Sunday, 15 April 2012

the oldest spoonbill in Somerset in the north aisle of the nave, in Wells Cathedral. Here it is, grabbing a frog. Since the last time I saw it, in 1991, spoonbills have returned to the Somerset Levels. Hopefully I'll get to see them myself soon, though actively seeking out birds goes against the spirit of accidental birdwatching.

There's quite a bit of wildlife in the Cathedral. Here are some hares, on the tomb of Bishop John Harewell- in those days, they couldn't see a pun without making a carving out of it.

Here is a fox making off with the goose, to the dismay of the farmer.

Bishops tend to have little doggies attending their effigies, as opposed to the more puissant beasts on the tombs of knights. This pertickler bishop has a cat; no ordinary tabby, though; it looked more like a lioness, or a panther.

We conjectured that the bishop in question had been translated to the See from a more far-flung parish in Africa, and had brought his beloved pet north with him to Wells, where she would gaze down from the walls of the Bishop's Palace to the fish in the moat and dream of the Zambezi, or prowl the cloisters to the terror of the choristers...

In the north porch is the story of the martyrdom of St Edmund; here he is being shot full of arrows by the beastly Vikings, who then chopped off his head and threw it into the woods

...where it was guarded by a virtuous wolf, until rescuers came along, when the head called out to them, and the wolf obligingly surrendered the head, which, reunited with the remainder of the body, miraculously stuck itself back on in time for the ascent to Heaven.


  1. hmm - thought I'd posted earlier. oh well, here it is again, more or less:

    You do realize that I have to go to Wells and see these for myself now, don't you?!

  2. Once again I had to search for the meaning on one of your words (puissant). It would be nice to think I am learning something new, but as very little seems to stick recently I am afraid it is likely to be all in vain.

    It is interesting to see this place through another's eyes;having visited myself. I love that farmer seeing his goose being stolen. I see it as a bit of fun but it makes me wonder who decided on the allegory for the carvings and if we see them in the mindset for which they are intended.

  3. Oh, what a wonderful place! Have never been and now it's gone down on my list of must-see-one-day. The spoonbill is beautiful, though the hares are - of course - my favourite.

  4. I used to have this place on a wish list because just about my all time favourite photograph is a sea of steps by Frederic Evans, then I read that he traveled with a blacksmith who could remove any bits stuck to the building which offended him... English cathedrals always seem to have loads of junk and old military flags draped about, prefer wrench which only tend to stick in ugly sound systems ignoring the wonderful old acoustics!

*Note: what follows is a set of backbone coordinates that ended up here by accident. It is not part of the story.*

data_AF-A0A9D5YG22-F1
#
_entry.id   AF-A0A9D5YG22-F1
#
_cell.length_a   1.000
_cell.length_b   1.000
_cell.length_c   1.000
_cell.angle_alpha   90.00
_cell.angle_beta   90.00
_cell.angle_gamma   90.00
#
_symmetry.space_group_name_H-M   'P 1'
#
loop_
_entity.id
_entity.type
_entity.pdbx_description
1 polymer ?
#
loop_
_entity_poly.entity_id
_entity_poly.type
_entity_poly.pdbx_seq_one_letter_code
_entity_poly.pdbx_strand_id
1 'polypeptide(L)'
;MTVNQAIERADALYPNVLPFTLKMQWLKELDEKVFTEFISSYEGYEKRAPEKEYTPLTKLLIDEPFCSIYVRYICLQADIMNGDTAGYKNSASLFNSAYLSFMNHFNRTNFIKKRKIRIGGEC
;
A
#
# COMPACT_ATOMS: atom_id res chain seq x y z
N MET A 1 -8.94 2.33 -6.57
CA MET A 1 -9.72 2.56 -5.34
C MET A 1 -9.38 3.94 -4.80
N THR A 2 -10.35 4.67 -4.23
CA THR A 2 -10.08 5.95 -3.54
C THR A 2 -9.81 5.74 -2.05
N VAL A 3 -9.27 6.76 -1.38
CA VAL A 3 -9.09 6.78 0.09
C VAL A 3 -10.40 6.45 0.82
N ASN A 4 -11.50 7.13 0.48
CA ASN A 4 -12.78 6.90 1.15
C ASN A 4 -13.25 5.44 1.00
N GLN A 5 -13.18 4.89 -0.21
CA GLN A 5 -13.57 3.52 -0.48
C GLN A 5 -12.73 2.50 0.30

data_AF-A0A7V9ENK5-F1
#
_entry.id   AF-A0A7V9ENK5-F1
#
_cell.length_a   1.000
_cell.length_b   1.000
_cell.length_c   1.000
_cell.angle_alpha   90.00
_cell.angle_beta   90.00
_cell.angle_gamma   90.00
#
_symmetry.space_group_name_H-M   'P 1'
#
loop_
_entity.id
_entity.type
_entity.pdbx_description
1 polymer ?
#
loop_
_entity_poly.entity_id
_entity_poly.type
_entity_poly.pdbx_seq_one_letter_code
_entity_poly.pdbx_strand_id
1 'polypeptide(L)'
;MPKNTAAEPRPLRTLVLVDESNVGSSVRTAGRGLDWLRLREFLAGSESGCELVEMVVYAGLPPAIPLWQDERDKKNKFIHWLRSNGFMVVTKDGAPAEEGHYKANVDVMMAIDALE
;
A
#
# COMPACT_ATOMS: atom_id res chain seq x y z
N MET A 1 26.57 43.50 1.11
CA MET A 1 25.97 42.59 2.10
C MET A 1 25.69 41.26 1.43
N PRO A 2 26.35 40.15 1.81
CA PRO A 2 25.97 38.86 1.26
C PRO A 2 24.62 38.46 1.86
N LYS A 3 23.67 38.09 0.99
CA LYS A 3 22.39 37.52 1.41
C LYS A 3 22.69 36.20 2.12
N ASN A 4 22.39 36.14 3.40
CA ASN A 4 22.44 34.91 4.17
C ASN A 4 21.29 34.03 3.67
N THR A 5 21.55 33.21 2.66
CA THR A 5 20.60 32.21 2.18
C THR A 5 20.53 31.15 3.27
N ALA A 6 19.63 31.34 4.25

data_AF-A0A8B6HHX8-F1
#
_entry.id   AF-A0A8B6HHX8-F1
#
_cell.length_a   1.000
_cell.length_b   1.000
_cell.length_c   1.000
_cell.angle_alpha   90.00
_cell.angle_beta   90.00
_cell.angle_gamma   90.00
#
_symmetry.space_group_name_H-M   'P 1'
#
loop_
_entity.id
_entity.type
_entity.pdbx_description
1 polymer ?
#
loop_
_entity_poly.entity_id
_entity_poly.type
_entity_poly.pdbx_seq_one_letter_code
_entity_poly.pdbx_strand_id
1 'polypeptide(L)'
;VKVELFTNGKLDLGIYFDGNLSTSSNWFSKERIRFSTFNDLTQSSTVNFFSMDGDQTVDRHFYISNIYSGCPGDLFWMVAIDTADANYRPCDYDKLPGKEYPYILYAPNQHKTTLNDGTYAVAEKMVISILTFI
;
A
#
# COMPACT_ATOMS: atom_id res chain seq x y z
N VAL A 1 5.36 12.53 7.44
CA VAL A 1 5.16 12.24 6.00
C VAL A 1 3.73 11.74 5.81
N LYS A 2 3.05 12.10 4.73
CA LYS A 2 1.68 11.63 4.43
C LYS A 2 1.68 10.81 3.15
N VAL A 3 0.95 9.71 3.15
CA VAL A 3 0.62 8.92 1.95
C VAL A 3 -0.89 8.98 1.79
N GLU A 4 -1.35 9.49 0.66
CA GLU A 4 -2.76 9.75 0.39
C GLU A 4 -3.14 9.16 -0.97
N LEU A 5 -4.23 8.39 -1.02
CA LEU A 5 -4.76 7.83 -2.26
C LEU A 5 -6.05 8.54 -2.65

Love the pictures of the carvings, perhaps concentrating on the details is best...

  5. I love these pictures. I wonder if the workmen just did what they fancied when they had an. odd space that wasn't needed for a Saint or something important

  6. It was a good way of getting local history recorded (and telling stories). So valuable to us now

  7. Me too, Delia; coming home and reading up on what I've seen, throws up more interesting things that need exploring further. Like the Bishop Kidder monument, which I believe Deborah is writing something about even now...

    Yes, hard to know about the mindset of the cathedral's creators, Bella; but reading literature of the time or earlier, I was struck by how very recognisable were the people writing or described. I don't think people have changed very much, especially the rude mechanicals!

    The hares are beautifully smooth, Gretel; though the whole monument is more thoroughly graffitied than any other in the building. Funny; the bish seems to have attracted everyone with a penknife and an idle moment!

    The steps up to the chapterhouse are very striking, Caroline; but I was concentrating on the little things, as you suggested. Next time, if I can stump up the six pounds something to go into the bishop's palace, I hope to get a picture of the sign under a cedar, next to one of the eponymous wells; the sign says "the view from here is the most-photographed in England". I sat under the tree with Richard, sheltering from the rain, some time ago; whenever someone came along, they would pause, read the sign, and then take out their camera and obediently snap the view....

    I get the feeling that the workmen were allowed quite a bit of licence, Anji, especially if they were particularly proficient. Hence sheela na gigs, and so much other rather dodgy statuary that snuck its way into so many churches!

    I particularly like the spoonbill because of that suggestion of a more watery past, Gwynneth, before the Levels were tamed (as far as they have been, anyway). I didn't think, the first time I saw it, that the birds would return so soon...